Constitutional Law II

Constitutional Law II - Nancy Donovan Constitutional Law II...

Info iconThis preview shows pages 1–3. Sign up to view the full content.

View Full Document Right Arrow Icon
Nancy Donovan Constitutional Law II Prof. Shea Spring 2002 Background : When there is a right written in the Constitution - still have to interpret what does it really mean. Constitution’s vague outlines filled in by judicial interpretation. Like the 1st Am, Congress shall make no law abridging speech . . . , tv, radio, internet not mentioned - have to interpret “communication.” What kind of communication were the Founders particularly concerned with? History of the king suppressing speech, if censorship - never heard, also treason and executions. The Founders were against prior restraints on speech, that the gov’t should not censor political speech core value of the 1st Am. Even a created gov’t can lead to problems - gov’t is people, still need protection. Gov’t will always be subject to criticism. What about the states? At the time could do what they wanted, the Constitution was designed to create and limit the power of the federal gov’t. States later subject to the 1st Am through the Due Process Clause of the 14th Am. If it is in the Bill of Rights is it necessarily a fundamental right? Not exactly, the right to civil jury trial in the 7th Am has not been applied through the 14th Am, but just about everything else deemed fundamental. The 1st Am definitely protects against prior restraints, can it protect more speech? Possible that classes of speech protected that Founders never intended to protect? The protection depends on the circumstances. The Court has deemed some speech not protected by the 1st Amendment: incitement, fighting words, libel, obscenity. The 1st Am doesn’t protect us from each other, it only protects us from gov’t action. The Court’s first significant encounter with the problem of articulating the scope of constitutionally protected freedom of speech came in a series of cases involving agitation against the war and the draft during WWI. INCITEMENT Speech advocating illegal action The World War I Cases : Clear and Present Danger Schenk v. United States (1919)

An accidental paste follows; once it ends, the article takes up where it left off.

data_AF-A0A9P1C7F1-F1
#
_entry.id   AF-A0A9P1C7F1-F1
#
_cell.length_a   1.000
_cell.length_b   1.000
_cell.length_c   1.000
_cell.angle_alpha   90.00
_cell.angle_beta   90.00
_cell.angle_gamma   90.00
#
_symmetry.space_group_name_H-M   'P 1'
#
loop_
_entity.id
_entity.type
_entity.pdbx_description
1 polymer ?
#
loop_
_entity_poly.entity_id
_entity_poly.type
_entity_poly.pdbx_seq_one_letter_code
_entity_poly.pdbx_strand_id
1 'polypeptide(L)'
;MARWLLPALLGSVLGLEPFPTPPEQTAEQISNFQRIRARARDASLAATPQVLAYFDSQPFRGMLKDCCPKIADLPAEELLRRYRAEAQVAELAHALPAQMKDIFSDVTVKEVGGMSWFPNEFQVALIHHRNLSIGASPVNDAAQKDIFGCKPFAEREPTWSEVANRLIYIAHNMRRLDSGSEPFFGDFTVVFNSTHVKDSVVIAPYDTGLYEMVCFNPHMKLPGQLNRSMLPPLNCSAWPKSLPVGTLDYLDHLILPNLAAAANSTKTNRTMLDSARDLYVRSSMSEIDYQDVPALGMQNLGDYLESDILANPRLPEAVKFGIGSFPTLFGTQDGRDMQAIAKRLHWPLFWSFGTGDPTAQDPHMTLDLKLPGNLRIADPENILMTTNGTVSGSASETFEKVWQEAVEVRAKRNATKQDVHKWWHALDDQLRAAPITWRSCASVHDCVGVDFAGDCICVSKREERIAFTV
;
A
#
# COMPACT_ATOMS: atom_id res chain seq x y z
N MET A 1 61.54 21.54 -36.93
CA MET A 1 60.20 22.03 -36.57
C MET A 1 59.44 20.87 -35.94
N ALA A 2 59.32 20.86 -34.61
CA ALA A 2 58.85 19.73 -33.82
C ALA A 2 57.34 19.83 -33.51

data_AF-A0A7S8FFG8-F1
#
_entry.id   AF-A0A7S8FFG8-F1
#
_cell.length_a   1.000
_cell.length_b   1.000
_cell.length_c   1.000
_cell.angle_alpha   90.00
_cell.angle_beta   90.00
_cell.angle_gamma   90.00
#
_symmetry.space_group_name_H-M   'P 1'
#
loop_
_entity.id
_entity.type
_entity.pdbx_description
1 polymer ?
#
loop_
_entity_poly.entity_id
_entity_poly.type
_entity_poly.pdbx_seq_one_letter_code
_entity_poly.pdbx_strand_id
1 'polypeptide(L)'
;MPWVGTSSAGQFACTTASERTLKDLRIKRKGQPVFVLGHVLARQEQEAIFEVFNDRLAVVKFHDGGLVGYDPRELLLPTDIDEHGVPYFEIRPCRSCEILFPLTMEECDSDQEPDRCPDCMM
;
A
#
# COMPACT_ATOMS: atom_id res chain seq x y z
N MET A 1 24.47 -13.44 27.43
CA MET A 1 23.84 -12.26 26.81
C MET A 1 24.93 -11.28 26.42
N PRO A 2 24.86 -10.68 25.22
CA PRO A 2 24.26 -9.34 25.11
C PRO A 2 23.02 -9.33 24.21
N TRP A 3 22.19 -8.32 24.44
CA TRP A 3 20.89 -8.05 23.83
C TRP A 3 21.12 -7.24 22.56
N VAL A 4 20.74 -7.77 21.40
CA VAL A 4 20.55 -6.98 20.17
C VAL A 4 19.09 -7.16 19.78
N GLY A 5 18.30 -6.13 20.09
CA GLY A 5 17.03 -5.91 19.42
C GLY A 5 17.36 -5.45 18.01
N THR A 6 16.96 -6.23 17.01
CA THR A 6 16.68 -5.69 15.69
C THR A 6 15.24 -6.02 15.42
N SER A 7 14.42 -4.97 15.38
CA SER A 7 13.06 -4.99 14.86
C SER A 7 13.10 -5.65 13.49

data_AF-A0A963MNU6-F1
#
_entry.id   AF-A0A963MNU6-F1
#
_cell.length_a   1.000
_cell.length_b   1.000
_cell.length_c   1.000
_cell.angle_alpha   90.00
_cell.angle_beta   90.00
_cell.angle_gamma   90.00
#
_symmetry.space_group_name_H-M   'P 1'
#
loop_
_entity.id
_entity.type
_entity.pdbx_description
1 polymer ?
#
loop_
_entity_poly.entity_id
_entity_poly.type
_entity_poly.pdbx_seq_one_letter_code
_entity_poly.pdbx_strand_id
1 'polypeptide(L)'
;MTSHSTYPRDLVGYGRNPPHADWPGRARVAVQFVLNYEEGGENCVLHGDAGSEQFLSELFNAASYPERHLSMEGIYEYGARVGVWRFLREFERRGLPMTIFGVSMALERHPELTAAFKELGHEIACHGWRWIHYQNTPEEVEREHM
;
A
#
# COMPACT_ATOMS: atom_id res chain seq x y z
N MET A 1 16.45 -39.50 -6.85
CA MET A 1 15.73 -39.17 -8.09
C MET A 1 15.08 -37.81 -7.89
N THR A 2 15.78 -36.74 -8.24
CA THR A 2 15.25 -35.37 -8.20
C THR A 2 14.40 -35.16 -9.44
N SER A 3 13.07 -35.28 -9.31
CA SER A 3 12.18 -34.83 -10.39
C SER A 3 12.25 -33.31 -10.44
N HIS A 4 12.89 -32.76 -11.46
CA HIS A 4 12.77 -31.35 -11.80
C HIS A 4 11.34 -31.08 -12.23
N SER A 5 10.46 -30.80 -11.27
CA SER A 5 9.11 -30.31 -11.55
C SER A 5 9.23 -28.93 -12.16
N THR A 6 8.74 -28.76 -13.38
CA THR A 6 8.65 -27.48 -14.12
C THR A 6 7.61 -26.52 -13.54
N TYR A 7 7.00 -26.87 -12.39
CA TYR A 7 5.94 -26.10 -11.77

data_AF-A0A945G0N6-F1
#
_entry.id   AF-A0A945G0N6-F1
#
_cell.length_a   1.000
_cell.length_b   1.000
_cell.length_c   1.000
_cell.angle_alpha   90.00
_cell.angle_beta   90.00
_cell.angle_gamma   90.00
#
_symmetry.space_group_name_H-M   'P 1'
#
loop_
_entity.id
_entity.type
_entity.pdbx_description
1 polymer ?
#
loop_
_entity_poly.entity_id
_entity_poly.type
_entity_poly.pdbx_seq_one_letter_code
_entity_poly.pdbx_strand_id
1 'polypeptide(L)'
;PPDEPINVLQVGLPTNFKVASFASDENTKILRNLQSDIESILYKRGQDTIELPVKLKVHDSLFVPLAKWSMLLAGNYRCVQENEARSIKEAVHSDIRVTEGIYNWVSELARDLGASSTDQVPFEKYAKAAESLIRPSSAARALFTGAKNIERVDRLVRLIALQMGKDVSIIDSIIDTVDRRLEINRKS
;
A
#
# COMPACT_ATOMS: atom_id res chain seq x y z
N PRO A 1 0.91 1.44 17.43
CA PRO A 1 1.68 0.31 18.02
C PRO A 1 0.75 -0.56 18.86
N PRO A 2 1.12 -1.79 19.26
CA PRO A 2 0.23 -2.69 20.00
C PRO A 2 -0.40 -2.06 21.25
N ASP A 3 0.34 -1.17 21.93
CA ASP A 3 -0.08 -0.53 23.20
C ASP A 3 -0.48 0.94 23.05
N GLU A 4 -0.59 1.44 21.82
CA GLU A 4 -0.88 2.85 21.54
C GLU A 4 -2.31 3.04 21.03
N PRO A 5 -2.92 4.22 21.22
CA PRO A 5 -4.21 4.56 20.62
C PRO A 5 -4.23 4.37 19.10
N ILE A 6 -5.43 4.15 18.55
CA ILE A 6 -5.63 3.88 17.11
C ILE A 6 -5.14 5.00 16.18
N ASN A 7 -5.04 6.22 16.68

Background image of page 1

Info iconThis preview has intentionally blurred sections. Sign up to view the full version.

View Full DocumentRight Arrow Icon
The question in every case is whether the words used are used in such circumstances and are of such a nature as to create a clear and present danger that they will bring about the substantive evils that Congress has a right to prevent. Issue : When speech urging unlawful conduct can be punished? When there is a clear and present danger that the action will occur then can punish a person who urges imminent unlawful conduct. The Court affirmed convictions for violation of the 1917 Espionage Act, which made it a crime to attempt to cause insubordination in the armed forces or to obstruct recruiting. The ’s mailed leaflets to men eligible for the draft, telling them to “assert their rights” and that conscription was wrong (meant “don’t go” - urging others to take unlawful action). a
Background image of page 2
Image of page 3
This is the end of the preview. Sign up to access the rest of the document.

This note was uploaded on 02/15/2008 for the course LAW 1050 taught by Professor Shea during the Spring '04 term at St. Johns Duplicate.

Page1 / 69

Constitutional Law II - Nancy Donovan Constitutional Law II...

This preview shows document pages 1 - 3. Sign up to view the full document.

View Full Document Right Arrow Icon
Ask a homework question - tutors are online